Last Day on Earth
A Portrait of the NIU School Shooter
By David Vann
(University of Georgia Press, Hardcover, 9780820338392, 184pp.)
Publication Date: October 2011
Other Editions of This Title: Paperback
On Valentine’s Day 2008, Steve Kazmierczak killed five and wounded eighteen at Northern Illinois University, then killed himself. But he was an A student, a Deans’ Award winner. How could this happen?
CNN could not get the story. The Chicago Tribune, Washington Post, and all others came up empty because Steve’s friends and professors knew very little. He had reinvented himself in his final five years. But David Vann, investigating for Esquire, went back to Steve’s high school and junior high friends, found a life perfectly shaped for mass murder, and gained full access to the entire 1,500 pages of the police files. The result: the most complete portrait we have of any school shooter. But Vann doesn’t stop there. He recounts his own history with guns, contemplating a school shooting. This book is terrifying and true, a story you’ll never forget.
David Vann is the internationally bestselling author of Caribou Island, A Mile Down, and Legend of a Suicide, published in seventeen languages and winner of ten prizes, including France’s Prix Médicis for best foreign novel, selected for the New Yorker Book Club, The Times Book Club, BBC’s Book at Bedtime, TV book shows in eight countries, and more than forty “best books of the year” lists worldwide. Currently a Guggenheim Fellow, Vann has also been a National Endowment for the Arts Fellow and a Wallace Stegner Fellow. He’s taught at Stanford, Cornell, and Florida State University and is currently an associate professor at the University of San Francisco.
"A carefully crafted account of a descent into fatal madness."—Kirkus Reviews
"Vann’s story, originally commissioned by Esquire magazine and winner of the Association of Writers and Writing Programs Award for Creative Nonfiction, is complicated, but he tells it with grace and clarity. Kazmierczak’s inner life was bleak, to put it mildly. The word 'bleak,' though, has to be qualified. Vann’s look at Kazmierczak is unflinching and careful; he presents exceedingly well-organized research on the shooter, a fleshed-out play-by-play of his life from young adulthood up until the attack, replete with quotes from e-mails, papers, and chat messages that trace his slow descent from a troubled young man with promise into one quietly spiraling out of control."—Max Winter, Boston Globe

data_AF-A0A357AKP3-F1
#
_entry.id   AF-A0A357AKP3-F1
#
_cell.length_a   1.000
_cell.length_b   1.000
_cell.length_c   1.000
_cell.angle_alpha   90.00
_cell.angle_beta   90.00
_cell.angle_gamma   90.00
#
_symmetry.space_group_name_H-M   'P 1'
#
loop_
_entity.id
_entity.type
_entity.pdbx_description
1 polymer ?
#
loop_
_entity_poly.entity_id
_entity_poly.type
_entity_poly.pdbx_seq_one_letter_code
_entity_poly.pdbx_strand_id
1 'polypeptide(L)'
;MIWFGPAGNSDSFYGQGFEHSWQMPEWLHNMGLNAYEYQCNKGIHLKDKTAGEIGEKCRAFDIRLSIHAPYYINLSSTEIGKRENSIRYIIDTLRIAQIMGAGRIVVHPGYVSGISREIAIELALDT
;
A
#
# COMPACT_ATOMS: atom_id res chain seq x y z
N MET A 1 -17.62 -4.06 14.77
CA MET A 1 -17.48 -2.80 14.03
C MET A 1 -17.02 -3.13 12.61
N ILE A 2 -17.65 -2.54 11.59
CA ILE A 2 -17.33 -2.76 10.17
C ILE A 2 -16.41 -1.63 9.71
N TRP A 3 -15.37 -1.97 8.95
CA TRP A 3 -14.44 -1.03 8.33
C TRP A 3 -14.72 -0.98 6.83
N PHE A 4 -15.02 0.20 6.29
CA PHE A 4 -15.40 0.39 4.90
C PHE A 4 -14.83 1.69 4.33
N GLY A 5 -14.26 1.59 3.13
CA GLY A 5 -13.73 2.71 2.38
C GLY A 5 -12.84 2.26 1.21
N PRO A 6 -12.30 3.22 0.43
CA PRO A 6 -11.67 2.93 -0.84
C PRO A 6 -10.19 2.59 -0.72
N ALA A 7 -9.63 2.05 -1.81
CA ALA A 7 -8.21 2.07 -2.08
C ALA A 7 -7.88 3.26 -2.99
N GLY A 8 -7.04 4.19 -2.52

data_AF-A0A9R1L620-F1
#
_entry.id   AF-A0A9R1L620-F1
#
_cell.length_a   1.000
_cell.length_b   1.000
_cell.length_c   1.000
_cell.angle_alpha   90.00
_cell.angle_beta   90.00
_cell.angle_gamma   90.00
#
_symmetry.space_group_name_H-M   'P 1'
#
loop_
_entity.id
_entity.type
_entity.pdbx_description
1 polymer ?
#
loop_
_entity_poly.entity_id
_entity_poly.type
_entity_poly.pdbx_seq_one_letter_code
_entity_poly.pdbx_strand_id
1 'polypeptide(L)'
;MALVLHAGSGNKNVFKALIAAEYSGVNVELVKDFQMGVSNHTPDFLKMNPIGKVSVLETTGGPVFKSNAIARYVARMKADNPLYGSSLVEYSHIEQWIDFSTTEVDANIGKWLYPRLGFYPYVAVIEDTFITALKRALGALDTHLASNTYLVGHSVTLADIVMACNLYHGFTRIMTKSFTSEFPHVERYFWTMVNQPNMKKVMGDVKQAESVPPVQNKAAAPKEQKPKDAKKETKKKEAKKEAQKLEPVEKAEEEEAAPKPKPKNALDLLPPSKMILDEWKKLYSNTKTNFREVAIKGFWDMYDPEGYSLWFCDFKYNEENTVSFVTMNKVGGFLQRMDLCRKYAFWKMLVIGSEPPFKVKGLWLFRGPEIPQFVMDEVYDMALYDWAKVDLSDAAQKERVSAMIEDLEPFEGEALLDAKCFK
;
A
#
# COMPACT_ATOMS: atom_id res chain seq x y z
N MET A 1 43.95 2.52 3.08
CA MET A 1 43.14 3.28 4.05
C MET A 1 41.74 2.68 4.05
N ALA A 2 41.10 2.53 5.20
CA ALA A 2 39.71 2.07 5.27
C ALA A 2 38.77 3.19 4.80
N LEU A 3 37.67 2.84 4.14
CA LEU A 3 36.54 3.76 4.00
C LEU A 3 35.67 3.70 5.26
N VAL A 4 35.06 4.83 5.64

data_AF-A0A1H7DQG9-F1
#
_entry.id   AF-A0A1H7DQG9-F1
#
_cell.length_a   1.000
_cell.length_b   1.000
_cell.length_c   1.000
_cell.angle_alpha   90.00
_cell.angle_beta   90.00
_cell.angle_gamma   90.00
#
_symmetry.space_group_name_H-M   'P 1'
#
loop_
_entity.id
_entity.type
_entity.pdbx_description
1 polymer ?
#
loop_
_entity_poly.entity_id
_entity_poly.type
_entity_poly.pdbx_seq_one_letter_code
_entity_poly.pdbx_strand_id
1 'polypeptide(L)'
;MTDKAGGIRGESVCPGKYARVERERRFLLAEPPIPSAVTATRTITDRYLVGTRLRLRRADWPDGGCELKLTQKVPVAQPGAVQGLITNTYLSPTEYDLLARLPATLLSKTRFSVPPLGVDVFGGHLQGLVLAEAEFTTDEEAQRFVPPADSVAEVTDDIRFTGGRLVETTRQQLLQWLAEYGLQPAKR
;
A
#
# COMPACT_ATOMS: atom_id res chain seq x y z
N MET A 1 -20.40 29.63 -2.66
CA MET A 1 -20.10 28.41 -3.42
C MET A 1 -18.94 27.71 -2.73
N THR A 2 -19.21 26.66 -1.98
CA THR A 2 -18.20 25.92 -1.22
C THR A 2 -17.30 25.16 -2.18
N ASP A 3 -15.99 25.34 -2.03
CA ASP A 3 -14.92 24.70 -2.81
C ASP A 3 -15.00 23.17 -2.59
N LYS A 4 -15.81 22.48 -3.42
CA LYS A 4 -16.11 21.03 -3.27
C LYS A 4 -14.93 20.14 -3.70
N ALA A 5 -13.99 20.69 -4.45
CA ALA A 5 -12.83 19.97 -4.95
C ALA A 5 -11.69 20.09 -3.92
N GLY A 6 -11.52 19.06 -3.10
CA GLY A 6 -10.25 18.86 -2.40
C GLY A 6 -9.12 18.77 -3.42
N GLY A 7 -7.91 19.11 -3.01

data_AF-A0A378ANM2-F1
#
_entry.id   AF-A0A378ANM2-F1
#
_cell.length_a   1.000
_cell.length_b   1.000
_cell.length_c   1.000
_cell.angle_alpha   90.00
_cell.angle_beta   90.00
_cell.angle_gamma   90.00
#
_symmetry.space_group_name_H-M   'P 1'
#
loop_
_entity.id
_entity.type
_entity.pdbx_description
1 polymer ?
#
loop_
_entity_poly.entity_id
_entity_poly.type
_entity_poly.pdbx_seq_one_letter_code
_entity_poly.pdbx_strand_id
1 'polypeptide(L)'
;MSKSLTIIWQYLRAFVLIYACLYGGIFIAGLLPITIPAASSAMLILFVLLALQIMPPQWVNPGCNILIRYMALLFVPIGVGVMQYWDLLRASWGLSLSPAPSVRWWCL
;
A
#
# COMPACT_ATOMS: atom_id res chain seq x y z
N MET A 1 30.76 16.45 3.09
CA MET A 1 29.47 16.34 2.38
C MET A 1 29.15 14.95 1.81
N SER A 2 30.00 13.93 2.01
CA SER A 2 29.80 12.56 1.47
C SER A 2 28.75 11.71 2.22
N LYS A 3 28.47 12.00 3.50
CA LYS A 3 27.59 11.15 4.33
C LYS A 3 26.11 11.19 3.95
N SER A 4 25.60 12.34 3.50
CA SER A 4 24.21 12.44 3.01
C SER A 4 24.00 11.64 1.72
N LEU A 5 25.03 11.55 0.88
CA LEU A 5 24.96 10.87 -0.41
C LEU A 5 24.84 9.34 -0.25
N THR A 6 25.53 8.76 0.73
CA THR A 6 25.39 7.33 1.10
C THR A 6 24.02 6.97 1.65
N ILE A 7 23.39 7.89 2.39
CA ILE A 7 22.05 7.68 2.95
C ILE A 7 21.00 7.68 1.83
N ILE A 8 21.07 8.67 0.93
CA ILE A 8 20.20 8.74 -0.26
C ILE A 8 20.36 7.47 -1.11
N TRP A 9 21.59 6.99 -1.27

"I hated reading Last Day on Earth, but I kept coming back to it. Each chapter was taut, mysterious and compelling. And when I did stop reading—I devoured it in three sittings—I was haunted by Steve, a mass murderer, and his slow, steady transformation from Dean's Award winner to shooter. What makes this book especially appealing is the parallel narrative—the writer living a screwed up childhood, who, like Steve, finds himself in the possession of many guns and the urge to use them and potentially do harm. What the writer discovers is that the line between self destruction and survival and success is frighteningly easy to cross. Last Day on Earth is written with a cold staccato passion—with intensive attention to intimacy of detail. It is riveting reading."—Lee Gutkind, founding editor, Creative Nonfiction
“Transfixing and unflinching . . . full of finely realized moments . . . Comparison with Cormac McCarthy is fully justified.”—Times Literary Supplement, on Caribou Island
“Vann’s people are hurtling irretrievably toward a dark outcome, and while putting the book down might save you from it, you can’t stop reading, just as you can’t unlearn its truths.”—Los Angeles Times, on Caribou Island
“Takes us someplace darker, older, more powerful than the daylit world.”—New York Times, on Caribou Island
“Vann looks into the dark and isolated heart of the American soul.”—San Francisco Chronicle, on Legend of a Suicide